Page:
Energy Department Puts Energy Prices Under Microscope
Richard Newell, the recently appointed administrator of the Energy Information Administration, launched an Energy and Financial Markets Initiative today to improve understanding and analysis of what drives energy prices.
“EIA’s traditional coverage of ‘fundamentals’ such as energyconsumption, production, inventories, spare production capacity, andgeopolitical risks is essential, but moving forward EIA must alsoassess other influences, such as speculation, hedging, investment, andexchange rates, as we seek to fully understand energy price movements,”Newell said. “The initiative I am launching today will help improveenergy market transparency, support sound policy and efficient markets,and increase public understanding-activities that are central to EIA’smission.”
The initiative will focus on the following four main areas:
- Collection of critical information on factors affecting energy prices;
- Analysis through in-depth studies of energy market behavior;
- Outreach to solicit feedback from a broad range of experts on the interrelationship of energy and financial markets; and
- Coordination with other Federal agencies engaged in energy marketinformation collection and analysis. Collection of Critical EnergyInformation to Improve Market Transparency
By November 2009, the EIA plans to publish a Federal Registernotice seeking input to identify the best data for understandingrelationships among physical inventories, prices, and market activity.In addition, EIA will expand its collection of commercial oil andrefined products storage capacity data beginning in early 2010 (EIAalready tracks natural gas storage capacity). Similar data collectionswere specified in the American Clean Energy Leadership Act of 2009 (S.1462), adopted earlier this year by the Senate Committee on Energy andNatural Resources.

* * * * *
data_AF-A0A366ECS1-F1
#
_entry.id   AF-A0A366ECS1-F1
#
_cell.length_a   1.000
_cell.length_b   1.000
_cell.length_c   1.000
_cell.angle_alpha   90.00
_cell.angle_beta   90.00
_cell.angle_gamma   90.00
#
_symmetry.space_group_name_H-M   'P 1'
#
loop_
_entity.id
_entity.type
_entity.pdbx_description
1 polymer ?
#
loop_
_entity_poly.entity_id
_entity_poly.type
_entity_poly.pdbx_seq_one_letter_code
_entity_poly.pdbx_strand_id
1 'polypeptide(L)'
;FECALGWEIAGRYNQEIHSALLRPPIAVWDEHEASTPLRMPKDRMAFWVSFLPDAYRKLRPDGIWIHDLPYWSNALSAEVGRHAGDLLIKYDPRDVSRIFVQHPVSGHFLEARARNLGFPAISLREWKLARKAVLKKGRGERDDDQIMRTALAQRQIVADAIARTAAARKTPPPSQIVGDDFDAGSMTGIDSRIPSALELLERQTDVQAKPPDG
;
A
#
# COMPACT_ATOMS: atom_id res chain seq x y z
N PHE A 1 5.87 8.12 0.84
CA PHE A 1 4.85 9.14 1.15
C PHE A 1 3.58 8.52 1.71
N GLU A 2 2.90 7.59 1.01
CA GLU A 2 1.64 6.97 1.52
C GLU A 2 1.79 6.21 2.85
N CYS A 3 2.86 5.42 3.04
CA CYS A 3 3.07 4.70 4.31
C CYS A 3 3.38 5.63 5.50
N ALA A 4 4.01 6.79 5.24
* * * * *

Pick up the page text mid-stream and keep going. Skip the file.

EIA will seek market data from other Federal agencies, includingfrom the Commodity Futures Trading Commission, to analyze the influenceof futures and related financial market activity on energy prices inthe context of other energy market factors. Based on this information,EIA will create a comprehensive assessment of remaining energyinformation gaps in physical and financial markets, and it will developa strategy to obtain the necessary data.
By October 2009, EIA will publish its semi-annual report, MarketAssessment of Planned Refinery Outages, which will identify regionswhere planned refinery outages may affect supply and prices thiswinter. In November, EIA will publish its assessment of the need tocollect any additional data in the future to examine the impacts ofplanned refinery outages. Analysis of Energy and Financial MarketDynamics EIA will develop analytical reports that identify the manyfactors potentially influencing oil and other energy prices-includingconsumption, production, inventories, spare production capacity,geopolitical risks, speculation, hedging, investment, and exchangerates-and describe the relationship of these factors to prices, thetimeframes over which these relationships tend to hold, and themechanisms underlying them.
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